After two hours of steady uphill climbing, the lake came into view. Its water seemed to come from nowhere, as no visible inlet could be seen. We stopped to marvel at the lake and its beauty.

Large rocks lined all of its shorelines. Some rocks were tipped with small pine trees, taking on the appearance of neatly groomed bonsai. A pair of loons glided on its surface. Their familiar sounds echoed through the trees, pleasing both the eye and the ear with their presence.

The two hour hike was not a high price to pay for the beauty I saw and felt.

We came to this Boulder Mountain lake in search of large brook trout, which we were told lived there. As we gazed at the lake I knew the trip was worthwhile, even if we ended up fishless.

As we neared the lake the loons took flight, running on the water before gaining enough speed to escape from its surface. We saw no fish rising, so we searched for a suitable place to erect our tents. We found a spot under some pines — where the fallen needles would make a soft cushion under our sleeping bags.

Chipmunks ran up and down the tree trunks, their loud chirps audible for miles.

It was now close to noon and our stomachs felt empty. We ate our lunch on the banks of the lake, on one of its large boulders, the sun reflecting off the rock keeping us warm. Few words were spoken as we enjoyed our lunch, and our surroundings. Even the most expensive restaurant could not compare.

We assembled our flyfishing gear and found a wadable section. Since large rocks lined the lake, there were few such places. I put a large red and yellow streamer on and cast it out into the crystal clear water. My friend started joking that this was a fishless lake, since none had been seen.

After three casts I was beginning to believe him. Until I felt that familiar tug. Setting the hook, I felt the trout's strength. It ran deep several times, stripping line from reel as it went deeper and deeper. Then, suddenly, I felt no pressure. I stripped in line as fast as I could, but could not feel the fish. I examined my line, only to find my leader and fly gone. The fish had broken my six pound leader.

Shaking, I tied on another leader and bright-colored streamer. My companion suddenly cried out: "Fish on!" His fish also ran deep several times, but he landed his a very beautiful 16 inch brook brook trout cradled in his hands. The fish was photographed, then released.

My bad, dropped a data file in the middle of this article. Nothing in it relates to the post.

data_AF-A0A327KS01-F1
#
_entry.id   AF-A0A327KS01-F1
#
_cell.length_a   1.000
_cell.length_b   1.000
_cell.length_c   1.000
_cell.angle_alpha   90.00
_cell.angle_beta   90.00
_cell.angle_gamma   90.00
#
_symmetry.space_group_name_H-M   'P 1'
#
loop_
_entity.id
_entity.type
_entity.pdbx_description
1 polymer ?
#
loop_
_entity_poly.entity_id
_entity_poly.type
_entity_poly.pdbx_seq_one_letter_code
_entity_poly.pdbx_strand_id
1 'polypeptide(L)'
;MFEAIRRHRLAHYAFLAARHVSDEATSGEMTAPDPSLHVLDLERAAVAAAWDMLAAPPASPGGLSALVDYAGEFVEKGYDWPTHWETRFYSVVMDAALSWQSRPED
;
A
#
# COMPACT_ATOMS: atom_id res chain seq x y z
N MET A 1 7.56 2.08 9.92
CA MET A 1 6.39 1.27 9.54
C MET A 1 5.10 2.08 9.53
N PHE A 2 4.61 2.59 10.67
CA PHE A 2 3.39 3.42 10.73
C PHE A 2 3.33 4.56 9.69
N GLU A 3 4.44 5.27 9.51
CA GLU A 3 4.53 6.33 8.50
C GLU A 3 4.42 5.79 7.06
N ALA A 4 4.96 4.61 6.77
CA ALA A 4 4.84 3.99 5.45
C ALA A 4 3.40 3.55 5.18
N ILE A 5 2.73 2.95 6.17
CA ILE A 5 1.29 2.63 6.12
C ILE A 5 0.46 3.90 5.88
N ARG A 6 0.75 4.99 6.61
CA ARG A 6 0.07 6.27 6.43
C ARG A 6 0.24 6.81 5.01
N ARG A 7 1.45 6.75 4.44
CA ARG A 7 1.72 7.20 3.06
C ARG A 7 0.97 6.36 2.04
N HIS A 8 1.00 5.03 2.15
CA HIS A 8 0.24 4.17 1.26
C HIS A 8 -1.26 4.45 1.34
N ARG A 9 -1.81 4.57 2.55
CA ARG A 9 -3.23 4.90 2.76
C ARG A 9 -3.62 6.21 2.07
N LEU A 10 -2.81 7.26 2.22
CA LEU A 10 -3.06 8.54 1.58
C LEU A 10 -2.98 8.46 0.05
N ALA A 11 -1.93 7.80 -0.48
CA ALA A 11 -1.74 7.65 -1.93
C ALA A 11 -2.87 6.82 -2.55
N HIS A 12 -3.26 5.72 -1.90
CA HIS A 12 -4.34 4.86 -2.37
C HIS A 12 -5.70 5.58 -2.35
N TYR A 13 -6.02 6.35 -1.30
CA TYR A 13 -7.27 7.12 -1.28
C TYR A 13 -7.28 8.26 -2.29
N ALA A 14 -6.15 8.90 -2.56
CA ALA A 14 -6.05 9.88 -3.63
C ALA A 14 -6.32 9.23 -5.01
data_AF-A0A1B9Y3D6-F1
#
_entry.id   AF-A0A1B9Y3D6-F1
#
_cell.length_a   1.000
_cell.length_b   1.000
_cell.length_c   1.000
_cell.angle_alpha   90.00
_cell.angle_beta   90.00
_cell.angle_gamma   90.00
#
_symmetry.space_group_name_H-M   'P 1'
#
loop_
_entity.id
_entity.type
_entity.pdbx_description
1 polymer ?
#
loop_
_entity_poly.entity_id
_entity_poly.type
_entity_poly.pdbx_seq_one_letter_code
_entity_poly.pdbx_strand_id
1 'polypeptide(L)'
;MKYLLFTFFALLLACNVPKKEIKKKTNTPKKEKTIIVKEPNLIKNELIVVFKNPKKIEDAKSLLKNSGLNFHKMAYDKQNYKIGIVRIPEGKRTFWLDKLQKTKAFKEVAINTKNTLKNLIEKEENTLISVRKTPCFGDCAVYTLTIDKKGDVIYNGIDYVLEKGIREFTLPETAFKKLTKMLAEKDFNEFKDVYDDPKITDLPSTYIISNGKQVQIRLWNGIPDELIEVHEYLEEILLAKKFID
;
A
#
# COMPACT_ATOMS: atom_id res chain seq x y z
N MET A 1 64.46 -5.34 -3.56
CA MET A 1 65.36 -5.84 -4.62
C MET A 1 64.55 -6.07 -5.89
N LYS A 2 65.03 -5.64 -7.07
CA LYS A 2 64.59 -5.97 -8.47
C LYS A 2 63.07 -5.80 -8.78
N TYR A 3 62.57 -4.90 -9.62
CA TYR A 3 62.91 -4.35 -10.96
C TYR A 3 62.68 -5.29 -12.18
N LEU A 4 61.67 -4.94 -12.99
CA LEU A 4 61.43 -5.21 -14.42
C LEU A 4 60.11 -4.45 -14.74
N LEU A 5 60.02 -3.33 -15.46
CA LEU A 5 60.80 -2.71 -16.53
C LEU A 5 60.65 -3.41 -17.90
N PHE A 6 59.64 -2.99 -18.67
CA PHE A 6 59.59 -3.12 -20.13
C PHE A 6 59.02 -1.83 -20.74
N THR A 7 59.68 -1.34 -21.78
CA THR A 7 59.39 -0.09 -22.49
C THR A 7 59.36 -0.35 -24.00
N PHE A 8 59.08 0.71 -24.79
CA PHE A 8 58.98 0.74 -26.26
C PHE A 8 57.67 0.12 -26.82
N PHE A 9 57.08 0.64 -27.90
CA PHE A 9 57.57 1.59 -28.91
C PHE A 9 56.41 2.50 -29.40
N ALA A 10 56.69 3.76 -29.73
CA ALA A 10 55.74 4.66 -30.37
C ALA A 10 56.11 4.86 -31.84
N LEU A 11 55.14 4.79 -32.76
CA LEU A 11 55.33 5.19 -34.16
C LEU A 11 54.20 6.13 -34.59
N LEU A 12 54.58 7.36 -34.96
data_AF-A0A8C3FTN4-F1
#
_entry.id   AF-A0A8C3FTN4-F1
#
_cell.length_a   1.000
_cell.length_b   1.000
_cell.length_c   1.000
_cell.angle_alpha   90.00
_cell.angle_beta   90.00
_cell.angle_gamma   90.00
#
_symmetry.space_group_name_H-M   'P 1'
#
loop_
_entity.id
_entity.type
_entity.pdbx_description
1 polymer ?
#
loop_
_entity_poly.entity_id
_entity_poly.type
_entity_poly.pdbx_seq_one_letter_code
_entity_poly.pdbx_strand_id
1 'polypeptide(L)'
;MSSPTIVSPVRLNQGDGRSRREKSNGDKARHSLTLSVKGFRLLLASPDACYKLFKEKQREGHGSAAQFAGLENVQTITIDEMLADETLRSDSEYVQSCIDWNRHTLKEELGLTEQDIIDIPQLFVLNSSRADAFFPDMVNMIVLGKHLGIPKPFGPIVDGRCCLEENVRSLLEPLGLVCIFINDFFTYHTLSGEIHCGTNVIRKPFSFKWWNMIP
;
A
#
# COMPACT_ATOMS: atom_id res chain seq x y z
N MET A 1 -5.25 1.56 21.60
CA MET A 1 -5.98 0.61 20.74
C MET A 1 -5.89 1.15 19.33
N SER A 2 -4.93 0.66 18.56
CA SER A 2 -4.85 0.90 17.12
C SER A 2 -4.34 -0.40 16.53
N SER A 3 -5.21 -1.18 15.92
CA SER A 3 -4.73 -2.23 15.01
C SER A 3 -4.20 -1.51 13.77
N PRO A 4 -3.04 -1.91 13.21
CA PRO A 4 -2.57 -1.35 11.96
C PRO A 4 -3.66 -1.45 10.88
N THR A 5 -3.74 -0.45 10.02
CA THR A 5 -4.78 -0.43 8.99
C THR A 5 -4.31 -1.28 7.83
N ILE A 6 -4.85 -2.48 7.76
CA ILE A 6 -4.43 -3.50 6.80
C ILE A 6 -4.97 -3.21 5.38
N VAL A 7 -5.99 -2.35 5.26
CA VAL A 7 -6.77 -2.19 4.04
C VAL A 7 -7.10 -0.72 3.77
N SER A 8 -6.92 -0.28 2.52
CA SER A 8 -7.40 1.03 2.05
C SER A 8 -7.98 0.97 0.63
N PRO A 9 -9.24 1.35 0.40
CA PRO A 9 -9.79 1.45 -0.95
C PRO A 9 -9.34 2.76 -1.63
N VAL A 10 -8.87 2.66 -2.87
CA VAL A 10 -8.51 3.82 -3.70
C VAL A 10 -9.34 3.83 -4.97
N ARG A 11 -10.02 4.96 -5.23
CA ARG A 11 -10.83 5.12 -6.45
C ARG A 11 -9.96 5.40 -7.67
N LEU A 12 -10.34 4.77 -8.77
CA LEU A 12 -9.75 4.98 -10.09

I cast out my new fly, and retrieved in short, even jerks. No trout this time. I cast again and started my retrieval. I felt a hit but was not able to set the hook. As I continued my retrieval, I felt the fish take it again.

This time I felt his weight as he tried to break free. The fish didn't go deep like the others. It leaped several times, showing the brilliant colors on its sides. This fish was not as large as my friend's, but still as beautiful. He was quickly released.

Trout started to rise now, as a hatch of tiny mayflies came on to the lake's surface. We could tell that some of the fish were fairly large.

As I tied on a fly I was sure imitated the small mayflies, an eagle came out of nowhere and dove into the water, talons outstretched. He grabbed one of the brook trout and flew into the trees to enjoy his meal. It took a couple of minutes after the eagle left for the trout to start feeding again.

On my forth cast a trout finally took my fly and leaped several times. It came to the new quickly. To my surprise, a 16-inch cutthroat rested on my palms.

My companion hooked a fish and quickly landed it. This fish was the largest so far, and easily measured 20 inches. It too was a cutthroat, but lacked the red slash mark under its gills. We fished the hatch till dark, catching many trout — mostly brookies, with an occasional cutthroat coming to our nets.

Our campfire soon warmed our supper. I tied flies by its light. I had lost my two yellow and red streamers, and they had to be replaced since I had hooked several fish on them. We fell asleep to sounds of owls hooting in the forest.

When we awoke the lake was alive with activity. Fish were rising everywhere. On my first cast a trout took my fly and ran deep. It felt very large, it's strength bending my rod's tip. I played it carefully and landed him — a very large brook trout. He measured a full 23 inches. I popped my Mayfly imitation from his lip and watched this trophy swim back to his home.

The loons came in for a landing and started their familiar calls. If heaven is on earth, I was sure I was in the middle of it.